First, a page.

• Regular watering is important to prevent stress (where plants may drop their forming fruit) and fruit splitting from over watering. It's true we can't do much about rain at inopportune times of fruit growing (ask any orchardist) but we can prevent the same result from inconsistent watering. Blossom end rot is also a condition many summer vegie crops get (especially Tomatoes and Capsicum) - also caused by irregular watering - so whatever your regime is, stick to it as much as possible. 
  • plumsThin your stonefruit - it's tough to do, but it means you'll end up with larger and better quality fruit with the ones you leave on the tree.
  • Crops in pots - if you have miniature fruit trees or vegies in pots, remember to feed them regularly; but little and often is the best way. Use a light dose of a slow release or granular fertilser every 3 months (don't be heavy handed! - use way less than the recommended annual or 6-monthly dosage), and you can give it a light liquid feed with kelp, worm wizz or fish once a month. Mulch pots in summer and check regularly to ensure that your watering regime is adequate.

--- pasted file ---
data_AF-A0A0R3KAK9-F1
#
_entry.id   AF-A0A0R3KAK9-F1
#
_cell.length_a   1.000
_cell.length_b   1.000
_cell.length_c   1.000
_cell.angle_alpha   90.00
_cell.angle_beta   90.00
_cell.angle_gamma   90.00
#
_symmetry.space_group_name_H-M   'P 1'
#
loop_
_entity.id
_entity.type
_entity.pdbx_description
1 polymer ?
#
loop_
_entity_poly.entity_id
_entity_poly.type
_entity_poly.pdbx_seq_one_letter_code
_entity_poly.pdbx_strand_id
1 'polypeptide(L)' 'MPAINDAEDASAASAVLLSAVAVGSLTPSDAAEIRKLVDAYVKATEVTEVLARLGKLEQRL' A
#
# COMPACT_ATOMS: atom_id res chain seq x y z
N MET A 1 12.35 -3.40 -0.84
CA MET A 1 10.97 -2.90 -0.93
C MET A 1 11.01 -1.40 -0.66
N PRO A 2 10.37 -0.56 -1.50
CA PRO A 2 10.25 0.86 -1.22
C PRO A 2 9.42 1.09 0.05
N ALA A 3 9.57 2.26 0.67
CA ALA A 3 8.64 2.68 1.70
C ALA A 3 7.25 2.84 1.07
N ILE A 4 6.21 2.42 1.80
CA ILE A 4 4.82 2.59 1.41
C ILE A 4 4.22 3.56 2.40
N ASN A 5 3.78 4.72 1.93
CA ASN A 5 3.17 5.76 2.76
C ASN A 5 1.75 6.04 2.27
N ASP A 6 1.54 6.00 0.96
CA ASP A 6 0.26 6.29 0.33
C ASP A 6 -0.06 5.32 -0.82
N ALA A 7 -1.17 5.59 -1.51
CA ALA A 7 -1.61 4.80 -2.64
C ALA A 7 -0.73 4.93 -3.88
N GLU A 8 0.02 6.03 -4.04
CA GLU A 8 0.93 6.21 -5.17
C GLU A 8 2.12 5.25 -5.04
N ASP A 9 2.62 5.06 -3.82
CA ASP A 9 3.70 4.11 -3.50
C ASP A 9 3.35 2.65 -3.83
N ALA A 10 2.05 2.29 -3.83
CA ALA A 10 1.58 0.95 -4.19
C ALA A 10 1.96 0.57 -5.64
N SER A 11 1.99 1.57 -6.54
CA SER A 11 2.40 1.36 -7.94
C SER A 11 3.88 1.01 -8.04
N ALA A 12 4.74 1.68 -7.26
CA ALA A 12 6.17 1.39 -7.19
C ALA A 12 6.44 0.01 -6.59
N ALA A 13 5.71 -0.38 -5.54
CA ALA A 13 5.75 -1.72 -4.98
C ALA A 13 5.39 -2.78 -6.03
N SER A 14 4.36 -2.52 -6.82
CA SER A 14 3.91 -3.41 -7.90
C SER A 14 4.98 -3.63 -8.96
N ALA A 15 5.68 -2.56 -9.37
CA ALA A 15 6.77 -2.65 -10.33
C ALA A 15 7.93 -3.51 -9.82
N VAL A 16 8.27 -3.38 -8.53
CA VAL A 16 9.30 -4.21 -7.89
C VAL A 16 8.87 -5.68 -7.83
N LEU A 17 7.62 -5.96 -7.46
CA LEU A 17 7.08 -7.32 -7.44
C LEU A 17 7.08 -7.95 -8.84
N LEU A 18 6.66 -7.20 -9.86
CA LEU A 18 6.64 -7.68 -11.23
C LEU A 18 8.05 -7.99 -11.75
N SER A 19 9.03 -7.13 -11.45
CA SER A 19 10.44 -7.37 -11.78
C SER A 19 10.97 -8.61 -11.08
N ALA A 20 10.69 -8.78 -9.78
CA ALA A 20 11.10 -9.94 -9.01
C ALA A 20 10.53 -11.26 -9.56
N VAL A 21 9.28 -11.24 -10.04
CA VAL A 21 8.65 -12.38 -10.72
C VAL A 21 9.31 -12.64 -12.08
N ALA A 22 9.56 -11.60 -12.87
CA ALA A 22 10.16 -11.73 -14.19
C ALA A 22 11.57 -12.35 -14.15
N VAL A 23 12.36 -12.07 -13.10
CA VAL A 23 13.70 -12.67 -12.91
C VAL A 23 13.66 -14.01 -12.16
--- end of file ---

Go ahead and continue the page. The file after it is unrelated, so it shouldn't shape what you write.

What to plant now

seedling stockHopefully you've got some of your summer cropping vegies in already... if not, grab some healthy seedlings and get them in. Buying seedlings is buying time - you will save yourself 4 - 6 weeks over growing from seed.  We've got a lovely range of seedlings in the traditional punnets, but also in individual biodegradable pots.  We decided to trial these this Spring - and they've been very popular.  It gives you more flexibility over how many of each type of veg you wish to plant, as well as being plastic free! - the pots are planted directly into the ground.    Also these tend to be just a bit more advanced than the plants in punnets.

Planting seeds NOW will give you later crops - so for maximum benefit, plant a few seedlings to get harvesting early - then plant out your seeds soon for your succession planting and extend your harvest window.  (We've also got the biodegradable pots for sale for you to grow your own seedlings - pictured below right.)

Some ideas of what you can grow now include: